This page features sustainability-related news from PERC Member Campuses.  Members can log on to add their own post--pictures and videos welcome and encouraged! Our thanks to Susquehanna University student Kevin Jones for doing the initial reporting for this page.

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  • 04 Feb 2016 8:03 PM | Josh Hooper (Administrator)

    Susquehanna offers rare research opportunities for students

    by Kevin Jones

    Susquehanna University first year ecology major David Huntzberry has a research opportunity that not many students have. He was given the chance to work as an assistant at the Freshwater Research Initiative.  Huntzberry explained he became involved in the Initiative because of his childhood interest in studying water and the chance to further his young career.

    “I always enjoyed being around water growing up, and felt it was a good opportunity to further my career,” Huntzberry said.

    Freshwater Research Initiative leader Jonathan Niles went into detail about the origins of the Initiative. He explained that the Fresh Water Research Initiative began in May of 2014 thanks to a grant of $2.25 million from the Richard King Mellon Foundation.  Niles joined the Initiative because it allowed him to do research he was interested in and allowed him to teach undergraduates, which is something he was particularly interested in.

    Niles explained that the Initiative is involved a variety of research projects and works in collaboration with state and federal agencies as well as other colleges. He continued that a lot of the research goes to organizations that are involved in water quality, fish management, and stream classifications as well as other environmental policies. Niles feels that there is not one specific threat to the Susquehanna River, but several threats that steam from human activities.

    “The Susquehanna and its tributaries do not suffer from one threat, but many invasive species, pollution issues, and climate change,” Niles said.

    Niles believes that the health of local streams and the surrounding wildlife is important because people get their drinking water from these local water systems and if the streams are not heathy the water will have to be treated and cleaned which takes a significant amount of resources and manpower. He also thinks that people like to live near heathy bodies of water that they can use for recreational activities like swimming, and boating.  Huntzberry explained that he learned a lot about insects that live in the area during his work for the Initiative.

    “I never knew there were so many bugs in the Susquehanna and how important they are,” Huntzberry said.

    Huntzberry said that what he liked most about his work at the Freshwater Research Initiative was learning how to identify the different kinds of bugs and their importance to river ecology.

  • 26 Jan 2016 8:33 PM | Josh Hooper (Administrator)

    By Kevin Jones

    On Jan. 30, the Penn State Extension of Clinton County will host the third and final installment of their Garden Sense event at Clinton County Extension Learning Center in Mill Hall, Pennsylvania from 9:00 a.m. to 12:30 p.m.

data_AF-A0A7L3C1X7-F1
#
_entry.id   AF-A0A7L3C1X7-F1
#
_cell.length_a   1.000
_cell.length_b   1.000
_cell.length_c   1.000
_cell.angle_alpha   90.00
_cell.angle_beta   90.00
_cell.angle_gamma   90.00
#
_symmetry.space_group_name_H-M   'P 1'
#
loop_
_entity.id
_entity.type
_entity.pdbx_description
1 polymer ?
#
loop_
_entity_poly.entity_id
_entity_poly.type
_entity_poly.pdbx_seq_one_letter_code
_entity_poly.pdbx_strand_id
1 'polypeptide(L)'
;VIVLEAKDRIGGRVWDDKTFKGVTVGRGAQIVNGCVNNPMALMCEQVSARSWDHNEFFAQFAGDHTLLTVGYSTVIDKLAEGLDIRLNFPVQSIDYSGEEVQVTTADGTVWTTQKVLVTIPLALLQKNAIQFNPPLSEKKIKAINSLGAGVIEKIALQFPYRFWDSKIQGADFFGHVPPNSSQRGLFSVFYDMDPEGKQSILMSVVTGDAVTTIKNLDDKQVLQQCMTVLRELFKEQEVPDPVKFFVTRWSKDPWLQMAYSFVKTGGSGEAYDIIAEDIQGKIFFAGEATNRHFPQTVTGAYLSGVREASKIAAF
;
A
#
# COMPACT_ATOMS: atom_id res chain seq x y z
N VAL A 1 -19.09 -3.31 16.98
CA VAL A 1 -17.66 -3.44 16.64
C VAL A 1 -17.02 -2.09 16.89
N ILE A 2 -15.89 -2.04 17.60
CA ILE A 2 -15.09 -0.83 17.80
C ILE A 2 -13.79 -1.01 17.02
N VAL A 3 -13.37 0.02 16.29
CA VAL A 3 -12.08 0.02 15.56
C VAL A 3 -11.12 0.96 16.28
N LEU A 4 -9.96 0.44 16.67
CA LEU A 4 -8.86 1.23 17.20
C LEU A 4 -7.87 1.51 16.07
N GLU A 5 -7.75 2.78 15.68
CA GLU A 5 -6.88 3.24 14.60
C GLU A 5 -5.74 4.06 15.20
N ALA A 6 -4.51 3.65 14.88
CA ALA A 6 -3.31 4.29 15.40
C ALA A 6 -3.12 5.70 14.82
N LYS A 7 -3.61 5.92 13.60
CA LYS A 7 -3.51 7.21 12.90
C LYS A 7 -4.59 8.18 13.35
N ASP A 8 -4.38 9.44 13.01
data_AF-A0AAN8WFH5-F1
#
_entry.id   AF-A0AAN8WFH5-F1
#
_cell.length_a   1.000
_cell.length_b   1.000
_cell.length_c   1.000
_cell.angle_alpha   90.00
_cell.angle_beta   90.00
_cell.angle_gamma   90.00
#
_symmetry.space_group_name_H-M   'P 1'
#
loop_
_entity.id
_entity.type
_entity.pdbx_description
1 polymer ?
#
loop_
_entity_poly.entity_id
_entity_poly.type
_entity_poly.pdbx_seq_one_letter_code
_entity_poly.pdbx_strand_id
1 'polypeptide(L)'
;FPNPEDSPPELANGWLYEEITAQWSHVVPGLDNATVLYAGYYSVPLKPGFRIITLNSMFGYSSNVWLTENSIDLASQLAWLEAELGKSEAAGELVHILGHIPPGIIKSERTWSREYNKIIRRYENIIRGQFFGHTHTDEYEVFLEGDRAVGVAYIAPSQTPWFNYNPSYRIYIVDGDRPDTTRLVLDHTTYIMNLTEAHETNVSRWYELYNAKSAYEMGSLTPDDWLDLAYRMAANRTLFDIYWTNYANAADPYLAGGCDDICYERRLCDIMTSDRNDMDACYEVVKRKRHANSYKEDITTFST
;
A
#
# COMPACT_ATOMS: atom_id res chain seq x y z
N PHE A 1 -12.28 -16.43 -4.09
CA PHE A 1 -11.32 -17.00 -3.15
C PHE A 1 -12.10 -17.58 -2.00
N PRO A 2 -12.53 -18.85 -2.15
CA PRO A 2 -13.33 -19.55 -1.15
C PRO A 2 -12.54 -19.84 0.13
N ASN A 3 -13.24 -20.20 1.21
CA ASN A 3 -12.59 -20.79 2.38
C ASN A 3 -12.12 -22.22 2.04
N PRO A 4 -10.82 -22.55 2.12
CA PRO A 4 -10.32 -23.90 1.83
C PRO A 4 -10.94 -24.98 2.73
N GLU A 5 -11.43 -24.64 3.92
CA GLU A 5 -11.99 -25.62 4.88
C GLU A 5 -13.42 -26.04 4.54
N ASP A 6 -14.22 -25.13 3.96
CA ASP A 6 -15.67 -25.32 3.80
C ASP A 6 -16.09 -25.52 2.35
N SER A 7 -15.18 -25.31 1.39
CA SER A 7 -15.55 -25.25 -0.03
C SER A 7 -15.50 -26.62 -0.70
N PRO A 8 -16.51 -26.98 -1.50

Clinton County Master Gardener Coordinator Debra Burrows explained that the event hopes to share knowledge about environmentally friendly gardening.

    “The point of the event is to for us to share information about environmentally friendly gardening and lawn care with the community,” Burrows said.

    Burrows said that the event is in its second year and will continue to be an annual event for Clinton County’s Penn State Extension.  She went on to say that the some of the speakers who will make presentations at the event will be from Penn State Extension, while others will be from external organizations.

    For the Jan. 30 event there will be three workshops, according to Penn State Extension’s website

    The first workshop at 9 a.m. will be called Using Plant Resistance to Fight Pests and is presented by Extension Horticulture Educator Thomas Butzler. There will be another workshop on outdoor photography presented by retired Penn State Master Gardener Charles Hildebrand at 10 a.m. The final workshop of the day, on the topic of soil health, will start at 11 a.m. and will be presented by James Harbach and Gerard Troisi who are a cover crop farmer and crop consultant respectively according to Penn State Extension’s website.

    James Harbach started working with Penn State Extension in the summer of 2015 when he hosted a tour for the master gardeners after which he was asked to speak at this year’s Garden Sense event.  This is the first time Harbach has been asked to speak for the Penn State master gardeners, but he is very involved in the agricultural groups in the area.  Harbach was impressed when he met with the master gardeners.

    “What impressed me the most was their genuine concern,” Harbach said. “The event is an excellent opportunity to share our message.” 

    Harbach explained that the topic of soil health, which he will be presenting on, has a significant effect on the areas water quality.

    “Regenerating the soil is one of the things that will help our water quality. If public opinion changes regulations may change,” Harbach said.

    Burrows explained that the event will educate the community and show them environmentally friendly ideas, giving members of the community options.  She went on to further elaborate that some of the things that would be discussed would be environmentally friendly ways of lawn care with less fertilizer and water, focusing on the hours and resources that could be saved.

    Although there is no cost to attend the event, preregistration is required. Those interested in attending can register at Penn State Extention’s website

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